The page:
2012 Hovorka Prize goes to world expert on Tibet—Melvyn Goldstein

The man known as the father of modern Tibetan studies can add another distinguished title to his list: winner of the 2012 Frank and Dorothy Humel Hovorka Prize.

Melvyn C. Goldstein, Case Western Reserve’s John Reynolds Harness Professor of Anthropology, will receive the honor during university commencement exercises at 9 a.m. Sunday, May 20, in the Veale Convocation and Recreation Center. Given to those who have made extraordinary contributions to their academic field and to Case Western Reserve, the award is considered one of the highest forms of recognition a faculty member can receive.

The Hovorka Prize follows soon after another significant moment in Goldstein’s career, an event held during the Association of Asian Studies annual meeting in March, titled “A Quarter Century of Fieldwork in Tibet: A Panel in Honor of Melvyn Goldstein.”

Goldstein’s longstanding focus on the region dates back to the mid-1960s, when he interviewed legions of Tibetan refugees while a graduate student at the University of Washington. He went on to earn this nation’s first doctorate in Tibetan anthropology, then joined the Case Western Reserve faculty in 1968. Goldstein has remained here ever since, chairing the anthropology department from 1975 to 2002 and launching the university’s renowned Center for Research on Tibet in the mid-1980s. In 1985, Goldstein became the first Western anthropologist to conduct fieldwork in the Tibetan Autonomous Region, an achievement realized after years of lobbying.

“I was beginning to think I would never get permission, when one morning I received a phone call saying that ‘the Chinese have approved your project and want you to come as soon as possible,’” Goldstein recalled. “To finally be in [the Tibetan city of] Lhasa, doing research 25 years after I first started studying Tibet, was a tremendous thrill.”

In 1986 Goldstein negotiated the first collaborative research agreement that the Tibet Academy of Social Sciences (TASS) contracted with any foreign entity. The collaboration has enabled long-term research and exchanges; to date seven Tibetan researchers have come from Lhasa to Case Western Reserve to study English and anthropology. One of the seven became Tibet’s first PhD in anthropology.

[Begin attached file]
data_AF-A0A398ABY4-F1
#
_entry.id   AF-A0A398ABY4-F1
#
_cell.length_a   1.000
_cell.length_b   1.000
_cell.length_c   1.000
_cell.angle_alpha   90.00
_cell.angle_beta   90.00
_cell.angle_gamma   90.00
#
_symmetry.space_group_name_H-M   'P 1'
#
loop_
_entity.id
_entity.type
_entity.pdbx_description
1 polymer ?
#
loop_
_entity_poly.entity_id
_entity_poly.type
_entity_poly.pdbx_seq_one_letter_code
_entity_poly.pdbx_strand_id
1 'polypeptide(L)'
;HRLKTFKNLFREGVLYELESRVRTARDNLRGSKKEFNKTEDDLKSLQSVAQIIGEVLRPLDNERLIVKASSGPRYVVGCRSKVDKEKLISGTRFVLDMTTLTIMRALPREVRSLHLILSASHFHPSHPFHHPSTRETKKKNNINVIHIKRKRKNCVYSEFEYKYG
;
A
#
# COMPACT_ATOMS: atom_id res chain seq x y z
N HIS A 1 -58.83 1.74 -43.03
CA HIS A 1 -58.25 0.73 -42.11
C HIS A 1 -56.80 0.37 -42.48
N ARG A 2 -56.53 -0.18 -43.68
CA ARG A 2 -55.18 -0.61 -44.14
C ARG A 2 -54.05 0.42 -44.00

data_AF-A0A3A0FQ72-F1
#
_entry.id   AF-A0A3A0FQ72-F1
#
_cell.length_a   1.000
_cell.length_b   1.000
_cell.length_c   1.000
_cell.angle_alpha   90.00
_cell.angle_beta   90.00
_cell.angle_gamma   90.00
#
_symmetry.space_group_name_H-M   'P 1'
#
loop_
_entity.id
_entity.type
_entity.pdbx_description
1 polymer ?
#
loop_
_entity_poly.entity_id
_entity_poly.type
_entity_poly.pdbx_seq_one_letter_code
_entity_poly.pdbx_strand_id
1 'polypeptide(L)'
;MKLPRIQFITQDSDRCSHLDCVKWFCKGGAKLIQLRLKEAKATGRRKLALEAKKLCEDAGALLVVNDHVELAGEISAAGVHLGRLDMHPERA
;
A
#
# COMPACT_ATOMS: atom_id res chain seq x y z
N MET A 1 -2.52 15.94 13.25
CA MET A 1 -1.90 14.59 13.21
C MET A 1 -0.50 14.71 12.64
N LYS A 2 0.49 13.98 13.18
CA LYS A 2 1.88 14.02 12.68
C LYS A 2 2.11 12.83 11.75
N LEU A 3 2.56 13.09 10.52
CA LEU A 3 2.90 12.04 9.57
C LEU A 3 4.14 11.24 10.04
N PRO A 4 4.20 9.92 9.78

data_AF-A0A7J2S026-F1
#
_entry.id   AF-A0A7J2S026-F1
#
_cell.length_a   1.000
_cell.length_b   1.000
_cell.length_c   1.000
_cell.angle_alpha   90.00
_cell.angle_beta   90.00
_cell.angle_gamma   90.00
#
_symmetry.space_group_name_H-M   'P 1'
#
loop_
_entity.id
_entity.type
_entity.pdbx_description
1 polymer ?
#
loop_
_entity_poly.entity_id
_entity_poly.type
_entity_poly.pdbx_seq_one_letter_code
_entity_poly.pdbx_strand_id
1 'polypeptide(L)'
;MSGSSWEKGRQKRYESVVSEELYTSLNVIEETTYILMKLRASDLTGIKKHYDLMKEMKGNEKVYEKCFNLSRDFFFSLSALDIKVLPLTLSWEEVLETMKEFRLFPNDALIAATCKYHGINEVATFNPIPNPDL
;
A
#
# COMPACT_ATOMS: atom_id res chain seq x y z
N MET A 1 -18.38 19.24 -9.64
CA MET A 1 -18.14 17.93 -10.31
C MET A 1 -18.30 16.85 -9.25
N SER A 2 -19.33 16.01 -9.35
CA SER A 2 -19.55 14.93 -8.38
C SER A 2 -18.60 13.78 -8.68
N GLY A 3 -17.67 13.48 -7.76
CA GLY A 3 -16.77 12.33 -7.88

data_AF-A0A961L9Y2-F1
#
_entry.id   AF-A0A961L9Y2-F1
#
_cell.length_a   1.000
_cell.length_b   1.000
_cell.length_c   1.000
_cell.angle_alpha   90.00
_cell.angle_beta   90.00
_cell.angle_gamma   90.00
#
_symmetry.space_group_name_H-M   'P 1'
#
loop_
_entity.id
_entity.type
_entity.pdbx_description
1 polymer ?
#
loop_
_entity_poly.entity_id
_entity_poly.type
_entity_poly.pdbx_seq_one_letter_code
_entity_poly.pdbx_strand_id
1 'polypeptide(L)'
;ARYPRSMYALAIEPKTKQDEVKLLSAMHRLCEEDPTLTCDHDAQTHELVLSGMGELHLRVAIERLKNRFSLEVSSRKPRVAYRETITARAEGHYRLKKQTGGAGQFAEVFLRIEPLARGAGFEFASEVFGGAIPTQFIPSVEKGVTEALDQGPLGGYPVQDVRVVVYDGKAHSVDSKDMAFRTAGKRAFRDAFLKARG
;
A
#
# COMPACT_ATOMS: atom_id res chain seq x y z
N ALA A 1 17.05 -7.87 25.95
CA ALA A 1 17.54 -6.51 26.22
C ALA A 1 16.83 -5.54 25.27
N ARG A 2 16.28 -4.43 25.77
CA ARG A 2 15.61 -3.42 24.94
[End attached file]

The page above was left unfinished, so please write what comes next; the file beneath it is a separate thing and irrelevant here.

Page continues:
While Goldstein’s dissertation focused on the Tibetan political system, many of his earliest works thereafter focused on the Tibetan language. He ultimately authored six books on Tibetan language, including the first Tibetan-English dictionary of modern Tibet; he published the original effort in 1975, updating it in 1980 and 1984. In 2001 he revised the work altogether, ultimately issuing the 1,200-page New Tibetan-English Dictionary of Modern Tibet with the University of California Press.

In addition to these efforts, Goldstein also performed groundbreaking research regarding Tibet’s ethnographically rare marriage system known as fraternal polyandry, which involves two or more brothers jointly taking a bride. Through hundreds of interviews, Goldstein was able to argue convincingly that polyandry was not practiced in Tibet because of female infanticide or extreme poverty, as was commonly thought, but rather it was practiced by richer, land-holding families who used it both to prevent the fragmentation of their family’s land—much like primogeniture in Europe—as well as to concentrate male labor in their families. Goldstein’s research further showed that more than 30 percent of women aged 20 to 40 went unmarried as a result of polyandry.

Of Goldstein’s many academic publications on the subject, his 1987 Natural History article, “When Brothers Share a Wife,” has become a classic of anthropology, reprinted regularly for anthropology readers and used in introductory classes.

Since then Goldstein has conducted research in rural Tibet every few years following his two longitudinal projects, one on nomadic pastoralists and the other on rural farmers.

Throughout this time, Goldstein also reshaped our understanding of modern Tibet through a four-volume history of Tibet in the 20th century. The first volume, A History of Modern Tibet 1913-1951: The Demise of the Lamaist State (University of California Press, 1989), is the only book on a Tibetan topic to have been awarded recognition by the Association of Asian Studies, whose Levenson Prize committee said of it, “This monumental study is a path-breaking contribution to our understanding of modern Tibet.”

Since then Goldstein has published a second volume in the history and recently completed the third. In total, Goldstein’s career includes 20 books or monographs, 101 scholarly articles and popular pieces in National Geographic Magazine, Natural History and Foreign Affairs.

During his career, Goldstein also merged his extensive firsthand experience living and studying in contemporary Tibet with knowledge of Tibetan history to address the “Tibet Question,” the famous conflict over the status of Tibet vis-à-vis China.

After lecturing on the topic for many years, in 1997 he published The Snow Lion and the Dragon: China, Tibet and the Dalai Lama (U. of California Press). Nicholas Kristof, a columnist for The New York Times wrote of the his effort: “For those who want a balanced account in English, the best place to look is the work of Melvyn Goldstein, a first-rate scholar of Tibetan history who knows the language and culture intimately.”

Goldstein’s broad research interests and expertise is reflected in the diverse sources of his many grants. Awards include funding from federal organizations such as the National Endowment for the Humanities and the National Science Foundation as well as private foundations such as the National Geographic Society and the Wenner Gren Foundation for Anthropological Research. In 2009, he won election to the National Academy of Sciences.